Some are starting their own businesses or nonprofits in far-flung corners of the world. Others are pursuing master’s degrees and doctorates or studying overseas as Fulbright scholars.
Six years after USC received the largest gift in the university’s history for undergraduate scholarships, alumni who participated in the highly selective Mork Family Scholars Program are already making a difference in diverse fields. They include engineers who launch rockets into space, entrepreneurs who tackle food waste and doctors who help people recover from traumatic injuries.
That’s gratifying to John and Julie Mork, whose $110 million gift to USC in 2011 ensured ongoing support for the university’s greatest asset — its promising and talented undergraduates.
“We believe in people,” USC Trustee John Mork said. “People will change the world.”
Recipients of the Mork Family Scholarship receive full tuition, a $5,000 annual stipend for housing and living expenses, and a personal scholarship adviser. The award is very competitive — every year, about 10 incoming freshmen are selected from thousands who apply for merit-based support, following a rigorous review of applications and interviews with faculty members and current Mork Family Scholars.
Although the Morks aren’t involved in the selection process, they interact regularly with the scholars, attending events such as welcome breakfasts and senior graduation dinners.
“They really care deeply about our students,” said Katharine Harrington, USC’s vice president of admissions and planning. “I think an important part of the success of this program has to do with the extent to which they are involved in the lives of these kids.”
A particularly meaningful component of the scholarship is an invitation to a two-day retreat on Catalina Island. In addition to exploring the island and the USC Wrigley Institute for Environmental Studies, the students discuss ethics and values with the Morks and leadership strategies with USC President C. L. Max Nikias.
Kaitlin Mogentale ’15, an environmental studies major who launched a startup that uses discarded food and vegetable pulp to create healthy snacks, recently came across a journal entry she had written during the retreat and found that the suggestions and guidance she received from the Morks and Nikias still ring true.
“The advice they gave is timeless,” she said. “It was more about your life trajectory beyond your career. What are the values that you hold true and how do you act on them?”
In addition to meeting with the scholars during their time at USC, the Morks follow many of them via Julie Mork’s Facebook account and have regular contact via email and phone.
The engagement keeps students motivated, Harrington said, although it can lead to some humorous situations. She recalled one scholarship recipient who dialed John Mork on his cellphone after learning about an upcoming weekend luncheon. The student wanted to make sure the Morks knew that he was a pescatarian — someone who eats no meat other than fish.
“I had to think for a second,” John Mork said with a chuckle. “I was raised a Presbyterian, but I didn’t know what religion that was.”
To Harrington, that conversation is telling. “He’s calling in his lunch order to the chairman of the USC Board of Trustees,” she said. “That is how comfortable these students feel with the Morks.”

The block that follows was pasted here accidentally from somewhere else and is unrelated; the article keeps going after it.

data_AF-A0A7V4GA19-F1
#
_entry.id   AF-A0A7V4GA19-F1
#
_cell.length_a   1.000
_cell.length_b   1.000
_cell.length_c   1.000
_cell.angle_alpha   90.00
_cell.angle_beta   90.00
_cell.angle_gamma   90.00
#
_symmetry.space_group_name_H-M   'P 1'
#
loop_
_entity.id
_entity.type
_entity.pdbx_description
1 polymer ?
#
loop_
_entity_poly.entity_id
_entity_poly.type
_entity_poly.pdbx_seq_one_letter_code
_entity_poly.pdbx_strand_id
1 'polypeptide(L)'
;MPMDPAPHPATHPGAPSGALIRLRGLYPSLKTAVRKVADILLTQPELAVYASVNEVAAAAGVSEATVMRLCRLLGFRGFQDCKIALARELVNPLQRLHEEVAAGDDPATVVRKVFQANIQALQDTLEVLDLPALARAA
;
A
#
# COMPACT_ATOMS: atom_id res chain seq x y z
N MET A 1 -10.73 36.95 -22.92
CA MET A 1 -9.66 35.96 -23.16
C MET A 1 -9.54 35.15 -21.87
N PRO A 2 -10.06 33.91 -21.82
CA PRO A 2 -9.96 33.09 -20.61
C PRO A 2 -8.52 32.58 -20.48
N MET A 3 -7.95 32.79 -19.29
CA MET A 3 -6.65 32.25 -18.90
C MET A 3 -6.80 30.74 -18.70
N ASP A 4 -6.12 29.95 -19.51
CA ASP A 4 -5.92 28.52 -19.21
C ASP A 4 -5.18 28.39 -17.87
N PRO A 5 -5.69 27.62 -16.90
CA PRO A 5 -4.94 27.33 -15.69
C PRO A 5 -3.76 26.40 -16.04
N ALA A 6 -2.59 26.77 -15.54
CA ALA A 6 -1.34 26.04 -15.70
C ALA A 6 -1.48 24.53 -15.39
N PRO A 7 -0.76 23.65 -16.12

Because of its broad mandate to find the best students in the country, the program doesn’t have a set of specific criteria for selecting each year’s cohort of Mork Family Scholars. However, some basic characteristics do apply; these students are passionate, capable, ambitious and care about issues beyond themselves.
One graduate now leads a computer-education nonprofit in Kenya. Another completed bachelor’s and master’s degrees in aerospace engineering in his four years at USC and now invites the Morks to rocket launches at SpaceX.
The quality of the young people on every level — from ethics and values to hard work to intellect to humor — is just unbelievable.
“I’m in over my head,” John Mork said. “The quality of the young people on every level — from ethics and values to hard work to intellect to humor — is just unbelievable.”
The Morks have long-standing connections to the university; John Mork graduated in 1970 with a degree in petroleum engineering and became a member of the USC Viterbi School of Engineering’s Board of Councilors in 2002. He was elected to the USC Board of Trustees in 2006.
Julie Mork is an honorary alumna of USC. Their daughter, Alison ’05, MA ’10, earned her bachelor’s degree at the USC Marshall School of Business and a master’s degree in teaching from the USC Rossier School of Education. Their son, Kyle, has completed graduate courses in petroleum engineering at USC Viterbi. In 2005, the Morks contributed $15 million to USC Viterbi to name the Department of Chemical Engineering and Materials Science.
Although the Morks originally intended their generous scholarship gift to be anonymous, they are grateful that Nikias talked them into attaching their name because now they get to build relationships with recipients. In fact, they consider the students to be part of the Mork family as long as they follow three rules: treat people as they want to be treated, be excellent and be kind.
Other than requesting that at least one scholar each year come from the USC Family of Schools, which consists of 15 schools near the University Park and Health Sciences campuses, the Morks place no restrictions on the scholarships. The result is a diverse collection of students enrolled in degree programs ranging from engineering and human biology to dance and art history.
“We trust USC to find great scholars, long after Julie and I are gone, and to carry on the mission of educating the best of the best,” John Mork said.